How to write a paper using LaTeX

*UPDATE (8.9.18)  – I recently discovered a wonderful online LaTex writing tool called overleaf. I strongly recommend it over TeXMaker (presented below). It offers a nice and clean user interface along with a great platform for collaborating with coauthors which includes change tracking,  .git, and more. Nonetheless, the template provided here can be uploaded and used there as well. Here is a registration link to overleaf.


Getting started with LaTeX can be a little discouraging. LaTeX has a learning curve, but, its totally worth the effort!

This post contains some tips and tricks for LaTeX beginners and will help you write your first paper using LaTeX.

Skip to the gist at the bottom of the page for the download links without detail.


Step 0:  The TeX distribution

If you are working on windows (like me) you need to install a TeX distribution (like MiKTeX) first .  The editor is used to create and edit the TeX code, while the TeX distribution is used to compile and create the pdf file.

So install MikTex.  Make sure to do this before you install the editor. This way you won’t have to worry about configuring the editor to use it.


Step 1:  The editor

I work with Texmaker.  I found that it has some great customization features That I really like.

So, install Texmaker.

After you install it I recommend doing the following:

  1. Create a build subdirectory automatically:  Options -> Configure Texmaker – >  check the box “use a “build” subdirectory for output files”.   When you compile a TeX file it creates the pdf file but it also creates some other files and it becomes a mess very fast. working with a build subdirectory will automatically put the pdf (and the other files) there.
  2. Built-in pdf viewer:  If you are working with one screen you will find the embedded built-in viewer very efficient. If you are working with two screens (like me) then make sure that the “embed” checkbox is unchecked and drag the viewer window to the secondary screen.
  3. External viewer: If you want to preview your pdf using an external viewer, and you followed step 1, you need to change the external viewer path to ” “Path to your viewer” .\build\%.pdf”. I use Adobe pdf reader so for me its :   “C:\Program Files (x86)\Adobe\Acrobat Reader DC\Reader\AcroRd32.exe” .\build\%.pdf. Just remember to close it before you recompile the document (you will get an error unless you use a reader that allows updates and refreshes)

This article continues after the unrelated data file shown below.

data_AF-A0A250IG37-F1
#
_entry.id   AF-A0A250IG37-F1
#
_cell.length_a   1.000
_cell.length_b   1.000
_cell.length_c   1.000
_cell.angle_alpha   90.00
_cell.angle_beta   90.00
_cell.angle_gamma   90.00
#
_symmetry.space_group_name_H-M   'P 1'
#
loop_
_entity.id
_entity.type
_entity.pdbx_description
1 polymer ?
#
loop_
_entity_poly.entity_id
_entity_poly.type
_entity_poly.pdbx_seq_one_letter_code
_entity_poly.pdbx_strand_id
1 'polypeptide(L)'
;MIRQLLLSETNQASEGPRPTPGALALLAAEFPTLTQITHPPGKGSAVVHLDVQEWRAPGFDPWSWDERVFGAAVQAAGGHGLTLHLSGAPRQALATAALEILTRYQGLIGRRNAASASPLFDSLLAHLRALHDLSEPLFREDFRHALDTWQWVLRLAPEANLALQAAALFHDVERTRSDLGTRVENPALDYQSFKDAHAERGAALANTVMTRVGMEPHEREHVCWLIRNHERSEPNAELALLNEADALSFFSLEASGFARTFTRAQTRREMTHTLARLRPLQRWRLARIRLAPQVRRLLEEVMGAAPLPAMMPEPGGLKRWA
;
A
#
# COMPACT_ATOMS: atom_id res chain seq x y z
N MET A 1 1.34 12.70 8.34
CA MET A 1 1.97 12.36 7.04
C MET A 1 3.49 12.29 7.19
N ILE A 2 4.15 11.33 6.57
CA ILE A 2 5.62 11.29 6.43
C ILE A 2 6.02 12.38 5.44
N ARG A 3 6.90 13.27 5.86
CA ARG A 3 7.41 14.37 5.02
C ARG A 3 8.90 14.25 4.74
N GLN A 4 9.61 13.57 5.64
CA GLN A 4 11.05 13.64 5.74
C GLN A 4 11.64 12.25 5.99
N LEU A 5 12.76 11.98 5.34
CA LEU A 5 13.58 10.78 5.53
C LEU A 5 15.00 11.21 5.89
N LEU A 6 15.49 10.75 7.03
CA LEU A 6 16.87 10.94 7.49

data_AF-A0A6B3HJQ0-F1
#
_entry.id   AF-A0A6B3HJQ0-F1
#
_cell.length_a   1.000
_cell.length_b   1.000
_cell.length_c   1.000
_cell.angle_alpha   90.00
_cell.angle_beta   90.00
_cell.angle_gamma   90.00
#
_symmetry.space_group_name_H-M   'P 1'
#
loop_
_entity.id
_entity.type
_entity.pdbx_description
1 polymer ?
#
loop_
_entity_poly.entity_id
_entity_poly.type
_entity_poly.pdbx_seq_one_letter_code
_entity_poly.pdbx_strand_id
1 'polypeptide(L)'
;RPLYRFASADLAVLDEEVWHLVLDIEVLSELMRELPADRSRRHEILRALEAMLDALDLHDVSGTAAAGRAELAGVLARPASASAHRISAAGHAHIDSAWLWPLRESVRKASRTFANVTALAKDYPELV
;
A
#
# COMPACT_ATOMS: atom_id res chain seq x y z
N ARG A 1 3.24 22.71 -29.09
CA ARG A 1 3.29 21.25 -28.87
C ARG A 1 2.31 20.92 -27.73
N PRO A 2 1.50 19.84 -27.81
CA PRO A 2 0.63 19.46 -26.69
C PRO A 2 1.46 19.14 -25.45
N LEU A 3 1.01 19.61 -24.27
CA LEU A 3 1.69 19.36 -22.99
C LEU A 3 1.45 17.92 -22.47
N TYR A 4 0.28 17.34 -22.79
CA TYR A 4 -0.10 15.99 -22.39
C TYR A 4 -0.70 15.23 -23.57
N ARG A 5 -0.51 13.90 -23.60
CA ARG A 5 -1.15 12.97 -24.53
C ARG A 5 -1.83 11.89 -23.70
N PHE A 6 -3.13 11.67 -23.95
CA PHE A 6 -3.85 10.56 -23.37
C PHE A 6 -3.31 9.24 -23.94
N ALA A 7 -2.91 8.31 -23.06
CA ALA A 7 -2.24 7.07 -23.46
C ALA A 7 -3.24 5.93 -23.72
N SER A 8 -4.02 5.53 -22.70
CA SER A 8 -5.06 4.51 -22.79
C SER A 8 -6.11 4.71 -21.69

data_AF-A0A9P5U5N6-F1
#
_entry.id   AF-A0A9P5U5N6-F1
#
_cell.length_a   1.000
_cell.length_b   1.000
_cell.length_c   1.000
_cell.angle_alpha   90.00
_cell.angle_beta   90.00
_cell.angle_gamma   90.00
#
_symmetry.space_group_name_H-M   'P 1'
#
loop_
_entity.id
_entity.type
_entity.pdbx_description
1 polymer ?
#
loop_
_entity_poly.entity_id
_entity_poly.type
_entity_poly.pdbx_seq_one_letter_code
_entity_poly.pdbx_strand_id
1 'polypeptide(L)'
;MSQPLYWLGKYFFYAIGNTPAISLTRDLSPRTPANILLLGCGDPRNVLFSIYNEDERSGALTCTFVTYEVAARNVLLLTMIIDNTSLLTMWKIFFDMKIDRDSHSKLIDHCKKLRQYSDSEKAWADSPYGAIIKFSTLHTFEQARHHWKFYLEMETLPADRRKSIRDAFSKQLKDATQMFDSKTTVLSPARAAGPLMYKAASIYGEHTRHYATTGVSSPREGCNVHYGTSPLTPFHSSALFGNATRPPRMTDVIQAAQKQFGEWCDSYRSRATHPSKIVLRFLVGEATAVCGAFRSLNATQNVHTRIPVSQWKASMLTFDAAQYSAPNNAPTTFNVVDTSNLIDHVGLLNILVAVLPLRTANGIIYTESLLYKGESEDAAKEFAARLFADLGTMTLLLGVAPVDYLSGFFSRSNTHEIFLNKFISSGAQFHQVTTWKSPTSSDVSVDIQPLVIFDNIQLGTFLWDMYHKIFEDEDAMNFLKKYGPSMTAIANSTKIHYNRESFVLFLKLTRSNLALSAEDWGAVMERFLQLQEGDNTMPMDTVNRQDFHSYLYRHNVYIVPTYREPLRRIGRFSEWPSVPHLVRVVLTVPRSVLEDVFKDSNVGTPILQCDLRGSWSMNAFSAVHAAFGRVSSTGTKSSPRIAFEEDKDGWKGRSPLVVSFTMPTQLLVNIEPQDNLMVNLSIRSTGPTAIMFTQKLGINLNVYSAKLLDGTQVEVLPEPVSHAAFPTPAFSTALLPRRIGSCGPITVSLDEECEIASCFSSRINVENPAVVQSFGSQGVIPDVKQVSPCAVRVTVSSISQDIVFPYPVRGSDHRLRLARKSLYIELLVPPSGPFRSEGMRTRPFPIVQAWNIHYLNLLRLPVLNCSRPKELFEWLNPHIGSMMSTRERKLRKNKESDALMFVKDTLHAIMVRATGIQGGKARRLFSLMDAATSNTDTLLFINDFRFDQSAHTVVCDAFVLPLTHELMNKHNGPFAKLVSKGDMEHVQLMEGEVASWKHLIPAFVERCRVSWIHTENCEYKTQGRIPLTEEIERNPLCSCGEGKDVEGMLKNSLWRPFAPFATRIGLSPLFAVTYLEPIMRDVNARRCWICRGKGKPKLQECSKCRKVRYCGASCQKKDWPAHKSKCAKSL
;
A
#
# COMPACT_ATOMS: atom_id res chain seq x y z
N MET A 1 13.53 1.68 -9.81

4. Adjust font size:   options -> Configure Texmaker,->  editor (on the left) ->  editor font size. I like 11.

Step 2:  The Paper

Now that you have everything set up you can start working on your paper.

Before you do, I highly recommend watching these youtube tutorials by Michelle Krummel. It will help you understand the basics.

Now that you know the basics you can simply download this template and read the following explanations without actually having to do anything.

  1. Download this template.
  2. Extract the template files into your working directory (keep the zip file for future papers).
  3. Open “main.tex” in TexMaker.
  4. Run a quick build.
  5. BOOM ! Your first paper in LaTeX is ready! (assuming that you had no errors)

Now let us try to understand what is going on in the template:

The Preamble

The preamble includes all lines  that come  before:


In the preamble, you define many things.  Usually, you will define the type of document, which packages to use and other custom definitions.

The document class is defined by :


Here you can set the paper size, one or two columns, font syze etc.

I included some useful packages. There are surely more packages that you will need in the future but this will get you started.

The document

The document is whatever comes between




You can basically start writing your entire document here.

I recommend working slightly differently and use separate files for the different sections.


Most papers have the same general structure (names may change according to the field and other sections may be added) :

  • Abstract
  • Introduction
  • Related Work
  • Approach / Method
  • Results
  • Summary / Conclusion

In the template, each section has its own .tex file inside the “sections” subdirectory.

The following lines basically insert these separate .tex files into the main document.


In TexMaker you can see them on the left. Simply clicking them will open each file for editing.